From July 2010 to December 2013, the two years following Mark’s stroke and brain surgery, he struggled to regain lost cognitive and physical ground. The hemorrhage occurred in the back of the right hemisphere of the cerebral cortex in an area of the brain that supports eyesight. During the stroke he lost more than half of his field of vision. On the day we figured out that something momentous had occurred and I rushed him to the hospital, he cocked his head to his left side, like a bird, to see the doctor and nurses. We caught the stroke too late so some of the vision loss became permanent. The change in his vision disturbed him most at night when the house turned foreign. Every little object on the floor or crease in a rug transformed into a confusing and dangerous obstacle. Continue reading The year of the fox by Patricia Karamesines
Love of Nature Nature of Love Month–it’s on!
Valentine’s Day is over, but the good ship LONNOL is still available for booking. Perhaps you yet have tokens of affection you would like to ship out. If they have even the slightest touch of nature about them, we’re longing to publish them. Please search your files for poems, short fiction, short essays, mp3s of readings of your work or of other work that’s in public domain, your original artwork, etc. and share them with us and our readership. Less than two weeks remains in February, but if need requires, we will keep things afloat through March.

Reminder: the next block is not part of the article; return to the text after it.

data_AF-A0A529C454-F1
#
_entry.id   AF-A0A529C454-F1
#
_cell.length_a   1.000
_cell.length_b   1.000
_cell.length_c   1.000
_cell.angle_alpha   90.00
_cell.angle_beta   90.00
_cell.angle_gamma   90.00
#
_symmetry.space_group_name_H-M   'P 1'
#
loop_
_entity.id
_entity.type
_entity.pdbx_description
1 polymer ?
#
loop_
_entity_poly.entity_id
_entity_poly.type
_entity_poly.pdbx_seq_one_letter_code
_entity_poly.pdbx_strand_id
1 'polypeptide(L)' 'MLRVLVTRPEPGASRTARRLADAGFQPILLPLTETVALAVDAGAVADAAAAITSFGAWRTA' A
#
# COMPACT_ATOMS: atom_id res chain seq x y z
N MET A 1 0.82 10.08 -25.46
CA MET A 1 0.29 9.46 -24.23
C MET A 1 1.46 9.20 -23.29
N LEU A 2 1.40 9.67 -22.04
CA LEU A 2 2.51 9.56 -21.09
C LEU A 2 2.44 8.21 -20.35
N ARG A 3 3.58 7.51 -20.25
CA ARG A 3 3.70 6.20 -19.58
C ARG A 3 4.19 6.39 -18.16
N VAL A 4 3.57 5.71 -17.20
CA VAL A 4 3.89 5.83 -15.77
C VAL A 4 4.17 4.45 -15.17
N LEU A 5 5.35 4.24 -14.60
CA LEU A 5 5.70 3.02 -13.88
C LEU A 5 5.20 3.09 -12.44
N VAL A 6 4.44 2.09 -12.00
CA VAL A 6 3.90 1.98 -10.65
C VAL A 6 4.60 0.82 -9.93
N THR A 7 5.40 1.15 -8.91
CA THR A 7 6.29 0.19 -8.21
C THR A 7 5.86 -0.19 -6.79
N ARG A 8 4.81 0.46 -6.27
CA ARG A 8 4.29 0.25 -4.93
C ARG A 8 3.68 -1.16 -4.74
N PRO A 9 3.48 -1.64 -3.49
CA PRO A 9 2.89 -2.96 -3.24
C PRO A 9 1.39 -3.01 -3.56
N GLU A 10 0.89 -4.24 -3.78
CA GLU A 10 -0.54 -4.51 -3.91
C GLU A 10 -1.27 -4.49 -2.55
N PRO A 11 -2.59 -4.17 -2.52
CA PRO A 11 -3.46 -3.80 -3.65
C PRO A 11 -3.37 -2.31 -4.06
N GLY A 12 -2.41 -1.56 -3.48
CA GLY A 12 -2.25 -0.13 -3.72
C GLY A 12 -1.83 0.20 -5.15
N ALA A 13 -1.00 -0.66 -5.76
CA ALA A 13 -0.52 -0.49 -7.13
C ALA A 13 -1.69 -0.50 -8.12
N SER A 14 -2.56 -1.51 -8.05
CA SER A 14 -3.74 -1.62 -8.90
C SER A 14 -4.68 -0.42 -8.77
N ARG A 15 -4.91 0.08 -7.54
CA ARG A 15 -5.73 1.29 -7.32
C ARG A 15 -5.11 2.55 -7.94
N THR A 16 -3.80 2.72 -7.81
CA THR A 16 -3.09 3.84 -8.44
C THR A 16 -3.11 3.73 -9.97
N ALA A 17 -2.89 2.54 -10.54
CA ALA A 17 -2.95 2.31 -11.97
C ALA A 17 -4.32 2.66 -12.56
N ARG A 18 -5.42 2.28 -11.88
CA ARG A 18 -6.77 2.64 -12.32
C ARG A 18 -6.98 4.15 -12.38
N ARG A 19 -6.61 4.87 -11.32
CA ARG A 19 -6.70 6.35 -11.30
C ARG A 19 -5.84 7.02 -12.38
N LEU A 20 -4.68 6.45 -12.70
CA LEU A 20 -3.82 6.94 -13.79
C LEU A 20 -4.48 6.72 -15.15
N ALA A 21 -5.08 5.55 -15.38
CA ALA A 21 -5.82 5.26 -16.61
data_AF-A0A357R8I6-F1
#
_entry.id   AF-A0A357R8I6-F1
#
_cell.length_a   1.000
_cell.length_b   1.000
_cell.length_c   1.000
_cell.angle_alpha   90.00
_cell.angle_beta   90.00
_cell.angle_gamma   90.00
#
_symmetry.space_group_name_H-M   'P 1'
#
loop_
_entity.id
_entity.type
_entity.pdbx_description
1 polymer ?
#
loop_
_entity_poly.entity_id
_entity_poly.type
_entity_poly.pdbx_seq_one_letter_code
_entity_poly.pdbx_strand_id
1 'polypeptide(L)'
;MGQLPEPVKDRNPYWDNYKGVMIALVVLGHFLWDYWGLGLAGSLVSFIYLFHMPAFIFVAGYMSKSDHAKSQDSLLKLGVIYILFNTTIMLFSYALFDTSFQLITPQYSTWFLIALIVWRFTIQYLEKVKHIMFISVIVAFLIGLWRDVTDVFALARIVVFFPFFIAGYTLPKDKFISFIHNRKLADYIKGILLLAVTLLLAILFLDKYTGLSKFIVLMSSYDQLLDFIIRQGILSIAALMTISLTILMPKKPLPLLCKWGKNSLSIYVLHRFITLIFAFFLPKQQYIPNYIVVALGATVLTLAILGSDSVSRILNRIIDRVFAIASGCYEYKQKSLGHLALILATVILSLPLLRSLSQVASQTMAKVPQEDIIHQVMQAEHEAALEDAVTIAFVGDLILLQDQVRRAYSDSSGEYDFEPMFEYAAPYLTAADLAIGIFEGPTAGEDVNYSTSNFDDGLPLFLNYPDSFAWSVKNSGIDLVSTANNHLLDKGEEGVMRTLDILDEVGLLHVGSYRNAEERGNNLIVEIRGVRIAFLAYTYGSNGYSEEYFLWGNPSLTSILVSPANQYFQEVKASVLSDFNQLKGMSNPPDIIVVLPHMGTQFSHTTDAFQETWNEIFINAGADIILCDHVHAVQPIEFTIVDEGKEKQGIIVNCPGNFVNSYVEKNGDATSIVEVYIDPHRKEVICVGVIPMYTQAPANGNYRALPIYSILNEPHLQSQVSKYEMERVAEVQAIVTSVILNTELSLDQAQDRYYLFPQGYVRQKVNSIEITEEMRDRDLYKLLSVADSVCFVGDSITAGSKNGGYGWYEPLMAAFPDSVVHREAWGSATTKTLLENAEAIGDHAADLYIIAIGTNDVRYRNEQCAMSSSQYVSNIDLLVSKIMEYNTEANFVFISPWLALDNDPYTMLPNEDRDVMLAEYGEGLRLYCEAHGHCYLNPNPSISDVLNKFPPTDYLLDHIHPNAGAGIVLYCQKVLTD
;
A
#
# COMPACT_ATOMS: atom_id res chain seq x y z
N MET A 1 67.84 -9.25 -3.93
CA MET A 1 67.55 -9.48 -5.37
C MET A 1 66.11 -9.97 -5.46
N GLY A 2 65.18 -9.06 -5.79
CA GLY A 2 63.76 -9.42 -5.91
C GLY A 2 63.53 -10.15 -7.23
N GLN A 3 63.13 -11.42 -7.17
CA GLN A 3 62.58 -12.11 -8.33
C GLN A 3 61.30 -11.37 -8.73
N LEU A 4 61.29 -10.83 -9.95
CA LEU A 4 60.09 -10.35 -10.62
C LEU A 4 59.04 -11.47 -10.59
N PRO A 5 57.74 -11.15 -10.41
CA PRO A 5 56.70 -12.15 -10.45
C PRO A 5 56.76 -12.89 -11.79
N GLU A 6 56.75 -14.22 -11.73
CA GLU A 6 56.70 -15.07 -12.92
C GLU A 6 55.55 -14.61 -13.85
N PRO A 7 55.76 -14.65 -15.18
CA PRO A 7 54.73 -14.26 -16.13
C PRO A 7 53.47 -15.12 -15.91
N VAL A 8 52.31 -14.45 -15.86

Along with submissions from our readers, we’ll have a fond feelings haiku chain, to be initiated soon.
Also, February 24th is WIZ’s birthday. We’ll be five years old. To celebrate, we’ll be offering one or more of WIZ’s old movie giveaways. Giving our readers presents on our birthday is something we really enjoy doing. To “win” an old movie, all you’ll have to do is read each movie’s review and comment in the comment section. WIZ will contact you with further instructions about how to receive your free DVD.
In the Northeast, winter has been ridiculous harsh and relentless. Here in the Four Corners region, we seem to be trembling on the brink of an early spring. What the world needs now is love, sweet love. Full steam ahead.
(For Clinton F. Larson)
How long did I look in that face, admit
that voice? He left his door unlocked to me,
kept ice cream money in a drawer. He fit
his office to my urchin company.
Those years I spent his foundling, each day waking,
I toyed on his baroque and spiraled stair.
“Look, here is Milton. See this sentence snaking?
These coils bend on forever. Do you dare?”
Continue reading Father-Daughter Dance by Patricia Karamesines
WIZ’s heart and LONNOL Month is officially open.
We’ve received a few tokens of affection but are longing for more. Please search your files for poems, short fiction, short essays, mp3s of readings of your work or of other work that’s in public domain, your original artwork, etc. and send them winging our way.
Along with submissions from our readers, we’ll have a winter wonderland/fond feelings haiku chain, to be initiated soon.